...tooling, not just with all the biggest libraries soliy all these concepts, but also the security mindset right. We keep saying this. So hopefully the ware in the David is writing his new we too for his protocol when he types out a line of facility. Could you know there's probably a part of him that is decated from a security in a mindset and saying, oh, wait about it. Okay, this return value for this function, this it returned something, but I'm not checking in. So that is a red flag. Right. So that, I think, is part of shift left. So I think that tooling plus the mindset, I think that will help, you know, for people who want to build a career in security, auditing, whatever that is, as well as moving it, shifting it left towards the security mindset in the developers and sense. And the second key point that coury you brought up is and and he doing as well, is to get the code as ready as possible before the or right is I mean you, you guys are then covered all the points. Why? That is critical. Longlines more expensive. So if you're being top dollars, you would rather have all the new having troops covered yourself, right, and let the open septing team or Jocelyn steam and trade a bit circunsolves a diligence really do be and a lot of the effort today, by the way, is also manual. Right. So we have this schooling that is still a work in progress. I mean fantastic tool in from sat diligent state of its all around, right, but I think we really wily. So why? That? Why we, you know, make progress towards that. A lot of the bucks today, at least compared to two years ago, are in that aren't what is most application, what right, which is out of scope for the tools, because you can't generalize them. So a joss litter or his team in slow steam or man these team, so they really have to spend the time to write the test to Manu, only analyze, and that is you know, we only have so many hours right Manu left. So the other aspect of seculium is strongly pushing on is this concept of audit readiness, or some people want to call it pre audit, but that aspect of care right, comprehensive order readiness evaluation is something that would hopefully help. I mean that's again putting a structure to this concept of audit readiness as opposed to letting David's team take care of all the security and then go for an audit. Maybe there is a stage in between where there is particular community effort within securitium that can look at your protocol code before it goes for a loutit right be three months or six months down the line. Wherever it is ready and essentially takes care of all the basic pitfalls and best practices. That opens up in to all these other teams have come up with. Right, we take care of all that so that since team, or the opens upon team, can actually spend their time running their goods at, spending their banning analysis on things that lack of and like what do you said? Not Worry about the BENCRENCIS. That is a good flat and we didn't get off much. So I think those are critical estens. I think that's a part of the program that needs to be clarified. Like you have two phases of security. Of One is a learned phase and one is a audit phase, where people who show promise with doing the quizzes of the learned phase and show that they understand the material well enough can enter into a second group that gets exposure to this this care program. You explain that a little a little more, and after that I'd love to hear, like, your experience with this process of learning in then being exposed to actual real code and finding real issues of of a pre auditor or or care...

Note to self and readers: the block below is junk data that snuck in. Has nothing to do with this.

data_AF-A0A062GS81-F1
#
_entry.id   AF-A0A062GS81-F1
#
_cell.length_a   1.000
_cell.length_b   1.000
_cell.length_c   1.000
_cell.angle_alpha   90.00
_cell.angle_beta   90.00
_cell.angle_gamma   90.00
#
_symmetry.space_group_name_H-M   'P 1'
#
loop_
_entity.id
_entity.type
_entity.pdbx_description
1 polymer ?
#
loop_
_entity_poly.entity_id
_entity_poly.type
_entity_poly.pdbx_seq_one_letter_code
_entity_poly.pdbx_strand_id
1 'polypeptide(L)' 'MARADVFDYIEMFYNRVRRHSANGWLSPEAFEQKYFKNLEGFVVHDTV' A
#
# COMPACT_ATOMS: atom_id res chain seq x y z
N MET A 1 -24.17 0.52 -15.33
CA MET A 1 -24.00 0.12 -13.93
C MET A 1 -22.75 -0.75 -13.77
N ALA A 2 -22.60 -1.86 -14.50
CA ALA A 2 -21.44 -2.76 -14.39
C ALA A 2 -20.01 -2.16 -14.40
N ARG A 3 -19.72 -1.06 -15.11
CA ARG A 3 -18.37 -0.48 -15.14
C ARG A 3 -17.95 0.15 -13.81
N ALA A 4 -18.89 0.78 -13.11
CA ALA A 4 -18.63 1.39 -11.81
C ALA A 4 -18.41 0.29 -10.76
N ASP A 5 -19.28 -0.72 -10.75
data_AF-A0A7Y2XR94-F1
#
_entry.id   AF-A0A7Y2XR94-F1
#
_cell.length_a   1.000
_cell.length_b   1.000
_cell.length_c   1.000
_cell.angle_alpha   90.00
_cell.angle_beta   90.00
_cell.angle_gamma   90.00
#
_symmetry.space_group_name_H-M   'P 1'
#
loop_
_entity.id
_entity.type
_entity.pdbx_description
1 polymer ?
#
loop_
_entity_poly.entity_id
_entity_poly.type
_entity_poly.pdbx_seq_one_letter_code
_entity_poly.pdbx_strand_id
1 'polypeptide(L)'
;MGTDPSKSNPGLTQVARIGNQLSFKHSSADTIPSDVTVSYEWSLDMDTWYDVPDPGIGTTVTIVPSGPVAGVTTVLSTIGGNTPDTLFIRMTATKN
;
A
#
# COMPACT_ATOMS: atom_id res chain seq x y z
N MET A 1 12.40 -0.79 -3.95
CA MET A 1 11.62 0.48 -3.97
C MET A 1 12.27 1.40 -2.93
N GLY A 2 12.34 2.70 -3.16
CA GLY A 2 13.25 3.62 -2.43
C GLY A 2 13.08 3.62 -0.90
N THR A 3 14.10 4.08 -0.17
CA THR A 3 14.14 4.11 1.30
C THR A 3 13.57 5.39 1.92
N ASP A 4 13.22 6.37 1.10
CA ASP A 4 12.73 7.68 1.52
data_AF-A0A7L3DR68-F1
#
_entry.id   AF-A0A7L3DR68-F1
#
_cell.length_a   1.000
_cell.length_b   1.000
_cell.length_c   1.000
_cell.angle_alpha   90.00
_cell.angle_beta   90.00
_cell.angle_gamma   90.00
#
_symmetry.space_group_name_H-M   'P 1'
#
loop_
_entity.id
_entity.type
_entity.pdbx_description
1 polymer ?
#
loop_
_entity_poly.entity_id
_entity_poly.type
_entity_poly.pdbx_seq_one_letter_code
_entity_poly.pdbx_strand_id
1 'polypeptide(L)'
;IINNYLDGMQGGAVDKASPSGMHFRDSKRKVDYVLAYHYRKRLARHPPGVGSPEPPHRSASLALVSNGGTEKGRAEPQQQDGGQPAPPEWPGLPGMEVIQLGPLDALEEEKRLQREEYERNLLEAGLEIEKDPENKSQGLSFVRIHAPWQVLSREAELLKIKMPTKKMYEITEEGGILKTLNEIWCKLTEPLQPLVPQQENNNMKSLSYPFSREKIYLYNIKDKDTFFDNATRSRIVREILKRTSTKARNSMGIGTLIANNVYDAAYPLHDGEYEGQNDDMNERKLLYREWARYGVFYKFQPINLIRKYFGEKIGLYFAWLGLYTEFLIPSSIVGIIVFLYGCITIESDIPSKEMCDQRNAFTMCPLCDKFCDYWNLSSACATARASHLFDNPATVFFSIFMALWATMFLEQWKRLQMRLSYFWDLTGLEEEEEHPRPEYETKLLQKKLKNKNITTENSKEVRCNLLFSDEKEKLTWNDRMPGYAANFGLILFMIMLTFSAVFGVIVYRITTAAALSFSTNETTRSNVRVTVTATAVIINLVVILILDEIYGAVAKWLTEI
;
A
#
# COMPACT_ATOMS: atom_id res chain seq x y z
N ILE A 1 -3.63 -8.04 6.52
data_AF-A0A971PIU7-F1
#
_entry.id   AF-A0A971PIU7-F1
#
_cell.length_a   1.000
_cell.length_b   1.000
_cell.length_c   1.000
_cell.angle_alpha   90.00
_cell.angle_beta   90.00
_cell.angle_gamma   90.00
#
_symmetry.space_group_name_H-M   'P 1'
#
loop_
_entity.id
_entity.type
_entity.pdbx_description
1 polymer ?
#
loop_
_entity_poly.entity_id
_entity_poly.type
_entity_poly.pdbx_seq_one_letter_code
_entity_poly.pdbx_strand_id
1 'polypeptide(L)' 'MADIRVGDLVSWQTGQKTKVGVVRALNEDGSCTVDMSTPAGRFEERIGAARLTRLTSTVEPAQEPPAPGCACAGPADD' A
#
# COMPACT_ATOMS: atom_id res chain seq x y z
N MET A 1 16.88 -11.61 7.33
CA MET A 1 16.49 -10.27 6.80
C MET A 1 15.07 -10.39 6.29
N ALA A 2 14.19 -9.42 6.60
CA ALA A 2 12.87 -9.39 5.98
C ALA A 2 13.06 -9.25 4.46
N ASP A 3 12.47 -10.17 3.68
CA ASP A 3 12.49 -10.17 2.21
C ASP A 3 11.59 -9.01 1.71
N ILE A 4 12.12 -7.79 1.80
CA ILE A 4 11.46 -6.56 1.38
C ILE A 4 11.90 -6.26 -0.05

...getting people ready to go to audit. Sure. So I'll start by apologizing for the evolving terminology. So I just thought you just to go yeah, so the terminology that be using these days, but the security book camp is there is a lot, there is a race and it can right. So then is really all the content with seculium that was already prepared in the Reposito, as well as all the other content from all the other various teams. Right, all this has to keep evolving and getting better. So that is going to be an onboard process. So that is that is going to happen. But coming to the next phase, is the race phase. Race is just a readiness assessment for care, and care is a comprehens and audit readiness evaluation. Right, sort of a mouthful, but what it really says is that care is really where the upper eache the role. It's really the practical aspect of what an auditor would do, what a reviewer, if you nobody used about audit, what a security review to do or what, David, are any other Proto pointem because themselves their teams would do is write the code and then look at it and reviewed to see if there are any security issues. Right. So that is really the care phase. That's the audit readiness phase before the project goes for all, and that is happening in the Securitium Wood camp and that obviously requires two things. It requires a real world project to come in and this is where the protocols that are ready to go for an audit can come in. And this is a game. It's a pain service to see secure you. So they come in and it's really last for a week and they have the code frozen, ready for the audit, maybe almost ready, and they have the security. Well, the securium community right today it is about sixteen people who are gains selected. The top sixteen participants from a race are selected for a care. So they come in and they review the protocol. They they didn't publish on their findings, put it in our report and what I do, what the securitium representative does, is really take all the findings, and note that I mean not everyone who's reviewing is, you know, at a level that our David or Atrea and straights of the are. All these are aspiring security experts or developers right. So some of their findings may be valid, sow them may be invalid. So what what seculium does is securitium in this case it's me. So I view the quade myself and you put the findings and then I sort of judge which is valid accom and then I compile all the valid findings and that becomes a care report that goes to the protocol right, which can work on those findings and fix them before they go for a lot. So the protocol hopfully is happy. The audit team that eventually ends up auditing the protocol hopefully is happy because all the basic things have been creeped out, so now they can focus on the people, application, logical economic attacks. In what happened, and the securitium participants get a chance, get an opportunity to actually review code that potentially has puns because it is not being audited right and it is a real world protocol that's obviously security minded security conscious, because they are coming to secure you. They're also community conscious. They want to work to the community right. So they get to do this review and get whatever you feedback possible from the protocol team itself, and all this happens on this score right, and a little bit of feedback from me as well. So they hopefully learn what it...